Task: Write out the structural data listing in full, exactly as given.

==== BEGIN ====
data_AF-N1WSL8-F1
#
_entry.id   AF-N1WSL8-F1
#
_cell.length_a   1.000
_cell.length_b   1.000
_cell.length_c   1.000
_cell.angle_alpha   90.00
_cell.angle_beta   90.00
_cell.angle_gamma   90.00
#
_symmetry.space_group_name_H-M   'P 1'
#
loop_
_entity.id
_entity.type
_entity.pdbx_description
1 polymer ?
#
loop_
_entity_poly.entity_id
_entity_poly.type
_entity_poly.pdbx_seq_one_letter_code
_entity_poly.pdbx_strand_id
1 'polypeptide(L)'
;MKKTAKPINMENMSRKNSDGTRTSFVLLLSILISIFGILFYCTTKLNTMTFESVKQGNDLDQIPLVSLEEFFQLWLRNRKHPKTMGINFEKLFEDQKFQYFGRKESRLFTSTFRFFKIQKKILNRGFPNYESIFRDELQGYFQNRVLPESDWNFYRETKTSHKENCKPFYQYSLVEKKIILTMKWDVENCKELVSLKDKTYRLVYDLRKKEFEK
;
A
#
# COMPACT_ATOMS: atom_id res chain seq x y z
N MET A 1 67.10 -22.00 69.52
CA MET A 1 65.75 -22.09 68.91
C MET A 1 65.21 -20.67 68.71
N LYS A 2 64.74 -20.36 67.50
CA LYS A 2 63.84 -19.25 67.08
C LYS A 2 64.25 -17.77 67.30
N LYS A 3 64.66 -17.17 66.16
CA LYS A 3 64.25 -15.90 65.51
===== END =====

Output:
data_AF-N1WSL8-F1
#
_entry.id   AF-N1WSL8-F1
#
_cell.length_a   1.000
_cell.length_b   1.000
_cell.length_c   1.000
_cell.angle_alpha   90.00
_cell.angle_beta   90.00
_cell.angle_gamma   90.00
#
_symmetry.space_group_name_H-M   'P 1'
#
loop_
_entity.id
_entity.type
_entity.pdbx_description
1 polymer ?
#
loop_
_entity_poly.entity_id
_entity_poly.type
_entity_poly.pdbx_seq_one_letter_code
_entity_poly.pdbx_strand_id
1 'polypeptide(L)'
;MKKTAKPINMENMSRKNSDGTRTSFVLLLSILISIFGILFYCTTKLNTMTFESVKQGNDLDQIPLVSLEEFFQLWLRNRKHPKTMGINFEKLFEDQKFQYFGRKESRLFTSTFRFFKIQKKILNRGFPNYESIFRDELQGYFQNRVLPESDWNFYRETKTSHKENCKPFYQYSLVEKKIILTMKWDVENCKELVSLKDKTYRLVYDLRKKEFEK
;
A
#
# COMPACT_ATOMS: atom_id res chain seq x y z
N MET A 1 67.10 -22.00 69.52
CA MET A 1 65.75 -22.09 68.91
C MET A 1 65.21 -20.67 68.71
N LYS A 2 64.74 -20.36 67.50
CA LYS A 2 63.84 -19.25 67.08
C LYS A 2 64.25 -17.77 67.30
N LYS A 3 64.66 -17.17 66.16
CA LYS A 3 64.25 -15.90 65.51